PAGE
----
Sunitinib Improves Survival in Patients With Thymic Carcinoma

Christina T. Loguidice

Thymic carcinomas are extremely rare and aggressive tumors. According to the American Cancer Society, they occur at a rate of 1.5 cases per every million people in the United States, which works out to approximately 400 new diagnoses annually.1 Because these tumors are so uncommon, it has been difficult to compare treatments to determine the best approach to care after platinum-based chemotherapy fails. Now, a study recently published in Lancet Oncology has shown that sunitinib, an orally administered tyrosine kinase inhibitor approved by the US Food and Drug Administration for use in renal cell carcinoma and resistant gastrointestinal stromal tumors, provides unprecedented antitumor activity in thymic carcinoma.2
This finding was observed in an open-label phase 2 clinical trial that included 39 assessable patients (41 were enrolled but two were excluded due to ineligibility and death) with histologically confirmed chemotherapy-refractory thymic epithelial tumors (25 thymic carcinomas and 16 thymomas). All patients received 50 mg of sunitinib orally once daily, which was administered in 6-week cycles, with 4 weeks of treatment followed by 2 weeks without treatment until tumor progression or unacceptable toxicity. The median follow-up was 17 months.
Of the 23 assessable patients with thymic carcinomas, six (26%) had partial responses, 15 (65%) achieved stable disease, and two (9%) had progressive disease. Of the 16 patients with thymomas, one (6%) had a partial response, 12 (75%) had stable disease, and three (19%) had progressive disease.
“Disease control was achieved in over 90% of [thymic carcinoma] patients tested,” said the study’s senior investigator Giuseppe Giaccone, MD, PhD, associate director for clinical research, Georgetown Lombardi Comprehensive Cancer Center, in a press release.3 “This represents a significant advance in the care of these patients,” he added, while noting that sunitinib did not show much activity in thymomas.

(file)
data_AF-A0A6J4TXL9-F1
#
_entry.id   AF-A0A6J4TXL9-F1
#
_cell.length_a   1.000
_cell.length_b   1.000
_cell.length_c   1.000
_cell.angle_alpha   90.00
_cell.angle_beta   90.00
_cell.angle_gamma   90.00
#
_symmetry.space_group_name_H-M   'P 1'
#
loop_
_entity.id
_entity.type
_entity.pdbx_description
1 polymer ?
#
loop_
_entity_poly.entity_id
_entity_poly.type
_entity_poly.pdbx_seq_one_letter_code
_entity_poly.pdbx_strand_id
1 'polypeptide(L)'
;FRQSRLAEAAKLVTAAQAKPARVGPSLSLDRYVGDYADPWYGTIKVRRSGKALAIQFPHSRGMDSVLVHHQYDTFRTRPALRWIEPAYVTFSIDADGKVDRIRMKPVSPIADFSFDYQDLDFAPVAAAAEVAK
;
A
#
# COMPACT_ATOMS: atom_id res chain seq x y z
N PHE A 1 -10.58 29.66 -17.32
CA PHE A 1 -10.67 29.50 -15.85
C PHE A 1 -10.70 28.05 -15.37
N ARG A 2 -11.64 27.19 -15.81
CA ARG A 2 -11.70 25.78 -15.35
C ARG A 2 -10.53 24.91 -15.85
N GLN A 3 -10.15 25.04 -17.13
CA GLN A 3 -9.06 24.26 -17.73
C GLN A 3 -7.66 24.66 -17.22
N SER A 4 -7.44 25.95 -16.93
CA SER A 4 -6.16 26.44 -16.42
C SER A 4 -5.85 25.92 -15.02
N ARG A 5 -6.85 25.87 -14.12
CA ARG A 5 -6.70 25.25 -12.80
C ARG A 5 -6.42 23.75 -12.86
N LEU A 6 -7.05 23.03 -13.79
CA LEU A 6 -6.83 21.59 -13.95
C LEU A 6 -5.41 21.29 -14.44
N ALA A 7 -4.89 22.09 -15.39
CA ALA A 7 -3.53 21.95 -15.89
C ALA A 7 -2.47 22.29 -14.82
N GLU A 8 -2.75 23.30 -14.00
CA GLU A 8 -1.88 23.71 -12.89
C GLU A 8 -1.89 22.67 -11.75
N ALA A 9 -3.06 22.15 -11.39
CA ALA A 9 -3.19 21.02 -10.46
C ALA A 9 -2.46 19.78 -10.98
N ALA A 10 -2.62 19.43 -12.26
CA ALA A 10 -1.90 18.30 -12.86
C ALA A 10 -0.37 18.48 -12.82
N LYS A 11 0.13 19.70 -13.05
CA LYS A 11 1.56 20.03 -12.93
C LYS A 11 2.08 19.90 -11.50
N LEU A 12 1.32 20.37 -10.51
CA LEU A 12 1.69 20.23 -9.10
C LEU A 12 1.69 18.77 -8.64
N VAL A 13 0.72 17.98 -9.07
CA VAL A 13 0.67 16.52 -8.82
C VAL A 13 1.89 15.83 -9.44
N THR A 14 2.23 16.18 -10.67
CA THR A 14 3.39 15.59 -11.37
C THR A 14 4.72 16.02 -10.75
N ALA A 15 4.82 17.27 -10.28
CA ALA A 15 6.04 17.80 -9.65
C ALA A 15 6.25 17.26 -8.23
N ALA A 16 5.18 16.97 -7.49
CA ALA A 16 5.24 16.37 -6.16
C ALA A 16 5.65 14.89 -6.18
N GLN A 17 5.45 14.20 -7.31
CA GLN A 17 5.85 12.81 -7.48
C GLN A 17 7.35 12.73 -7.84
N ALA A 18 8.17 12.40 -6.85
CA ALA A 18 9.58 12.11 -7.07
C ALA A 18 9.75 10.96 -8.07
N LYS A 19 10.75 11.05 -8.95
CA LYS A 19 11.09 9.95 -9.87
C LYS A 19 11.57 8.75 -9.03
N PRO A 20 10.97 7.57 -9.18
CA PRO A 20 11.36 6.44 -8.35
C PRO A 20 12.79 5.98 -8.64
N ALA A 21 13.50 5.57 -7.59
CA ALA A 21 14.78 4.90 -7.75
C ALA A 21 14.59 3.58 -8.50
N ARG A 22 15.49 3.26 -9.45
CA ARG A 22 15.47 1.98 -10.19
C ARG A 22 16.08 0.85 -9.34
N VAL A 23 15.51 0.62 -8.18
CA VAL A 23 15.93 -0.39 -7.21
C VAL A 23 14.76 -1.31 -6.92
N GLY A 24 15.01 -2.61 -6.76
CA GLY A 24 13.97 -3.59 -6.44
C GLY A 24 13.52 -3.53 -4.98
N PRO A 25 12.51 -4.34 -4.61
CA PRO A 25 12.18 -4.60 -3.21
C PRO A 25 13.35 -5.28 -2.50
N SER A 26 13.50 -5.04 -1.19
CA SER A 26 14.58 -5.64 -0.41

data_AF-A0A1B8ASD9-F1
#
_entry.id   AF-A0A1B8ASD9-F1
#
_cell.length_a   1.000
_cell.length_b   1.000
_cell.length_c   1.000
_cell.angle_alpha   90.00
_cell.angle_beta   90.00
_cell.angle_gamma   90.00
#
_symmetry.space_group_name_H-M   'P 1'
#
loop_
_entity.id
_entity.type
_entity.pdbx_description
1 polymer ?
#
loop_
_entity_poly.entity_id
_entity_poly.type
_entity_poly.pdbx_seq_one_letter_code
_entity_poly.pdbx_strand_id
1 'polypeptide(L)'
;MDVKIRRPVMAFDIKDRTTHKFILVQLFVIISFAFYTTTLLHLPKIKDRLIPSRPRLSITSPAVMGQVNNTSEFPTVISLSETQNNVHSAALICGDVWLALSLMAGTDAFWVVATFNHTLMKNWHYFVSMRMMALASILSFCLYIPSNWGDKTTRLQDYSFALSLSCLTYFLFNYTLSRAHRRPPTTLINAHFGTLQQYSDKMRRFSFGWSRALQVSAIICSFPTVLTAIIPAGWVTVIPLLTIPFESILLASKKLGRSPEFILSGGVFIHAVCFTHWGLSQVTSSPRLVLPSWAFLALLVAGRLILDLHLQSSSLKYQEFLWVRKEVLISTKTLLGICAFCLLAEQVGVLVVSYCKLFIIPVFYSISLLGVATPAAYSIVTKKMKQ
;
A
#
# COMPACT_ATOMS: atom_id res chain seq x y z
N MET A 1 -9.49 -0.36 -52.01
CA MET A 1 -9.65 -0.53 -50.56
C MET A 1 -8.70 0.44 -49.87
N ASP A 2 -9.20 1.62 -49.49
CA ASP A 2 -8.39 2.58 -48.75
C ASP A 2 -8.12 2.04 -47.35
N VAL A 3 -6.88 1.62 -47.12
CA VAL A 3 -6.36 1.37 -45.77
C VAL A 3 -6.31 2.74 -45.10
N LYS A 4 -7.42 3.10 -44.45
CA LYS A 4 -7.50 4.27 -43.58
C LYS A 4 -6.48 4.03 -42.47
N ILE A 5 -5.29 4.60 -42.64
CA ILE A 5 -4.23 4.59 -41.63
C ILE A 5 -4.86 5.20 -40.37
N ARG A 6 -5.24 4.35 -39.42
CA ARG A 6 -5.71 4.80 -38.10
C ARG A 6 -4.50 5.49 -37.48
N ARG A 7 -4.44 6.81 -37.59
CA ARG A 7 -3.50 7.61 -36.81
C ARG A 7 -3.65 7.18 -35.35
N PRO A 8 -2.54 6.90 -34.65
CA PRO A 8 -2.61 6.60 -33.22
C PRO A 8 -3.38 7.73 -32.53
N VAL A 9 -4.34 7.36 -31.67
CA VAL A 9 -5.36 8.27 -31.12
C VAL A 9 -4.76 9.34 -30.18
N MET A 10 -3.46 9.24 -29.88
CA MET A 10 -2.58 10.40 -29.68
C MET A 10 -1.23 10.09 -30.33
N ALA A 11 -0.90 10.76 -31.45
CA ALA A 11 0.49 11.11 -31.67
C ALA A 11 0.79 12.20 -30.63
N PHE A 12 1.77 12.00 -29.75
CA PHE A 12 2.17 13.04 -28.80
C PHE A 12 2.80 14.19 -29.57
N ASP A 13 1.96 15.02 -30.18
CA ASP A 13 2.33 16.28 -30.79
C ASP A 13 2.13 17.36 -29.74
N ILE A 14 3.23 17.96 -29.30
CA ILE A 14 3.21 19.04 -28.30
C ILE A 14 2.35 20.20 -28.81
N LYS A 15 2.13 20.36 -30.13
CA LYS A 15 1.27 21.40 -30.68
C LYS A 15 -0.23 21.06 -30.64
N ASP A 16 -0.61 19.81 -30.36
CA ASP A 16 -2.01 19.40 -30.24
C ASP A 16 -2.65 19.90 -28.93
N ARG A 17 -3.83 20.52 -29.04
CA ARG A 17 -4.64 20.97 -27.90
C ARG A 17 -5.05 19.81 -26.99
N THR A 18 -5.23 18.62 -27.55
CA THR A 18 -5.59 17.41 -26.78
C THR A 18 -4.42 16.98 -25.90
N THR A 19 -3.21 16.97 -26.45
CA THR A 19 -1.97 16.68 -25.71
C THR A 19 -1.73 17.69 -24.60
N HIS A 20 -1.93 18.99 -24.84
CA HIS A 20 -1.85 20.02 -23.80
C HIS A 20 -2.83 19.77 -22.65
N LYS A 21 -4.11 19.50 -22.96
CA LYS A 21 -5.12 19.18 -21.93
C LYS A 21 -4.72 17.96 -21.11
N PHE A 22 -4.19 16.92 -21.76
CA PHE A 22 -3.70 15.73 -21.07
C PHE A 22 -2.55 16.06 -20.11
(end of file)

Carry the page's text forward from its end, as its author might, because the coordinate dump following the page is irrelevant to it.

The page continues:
Treatment with sunitinib was generally well tolerated by the study participants. The most common grade 3 and 4 treatment-related adverse events were lymphocytopenia, fatigue, and oral mucositis, each of which affected eight patients (20%). There were also five patients (13%) who experienced decreases in left-ventricular ejection fraction, of which three (8%) were grade 3 events. There were three deaths (8%) during the study, including one resulting from a cardiac arrest that was likely related to treatment.
Sunitinib is known to target a number of processes involved in angiogenesis, and Dr Giaccone and researchers also found the agent to increase the expression of a surface protein known as programmed cell death protein-1 (PD-1) in regulatory T cells, which was linked to longer survival. Based on this finding, Dr Giaccone is planning a clinical trial to test a PD-1 antibody in patients with thymic carcinomas. 

“Our research demonstrated why sunitinib is beneficial in thymic carcinoma, while also uncovering an approach that may offer even better results,” said Dr Giaccone. “Recently, remarkable activity has been observed in several solid tumors with antibodies that target PD-1 or its ligand PDL-1, including renal cell cancer, melanoma, and non-small cell lung cancer.”
The study was funded by the National Cancer Institute’s Cancer Therapy Evaluation Program.


1. American Cancer Society. What are the key statistics about thymus cancers? Last Revised January 28, 2015. Accessed February 23, 2015. 
2. Thomas A, Rajan A, Berman A, et al. Sunitinib in patients with chemotherapy-refractory thymoma and thymic carcinoma: an open-label phase 2 trial. Lancet Oncol. 2015;16(2):177-186.
3. FDA approved drug extends survival for patients with rare cancer [news release]. Washington, DC: Georgetown University Medical Center; January 12, 2015. Accessed February 23, 2015.
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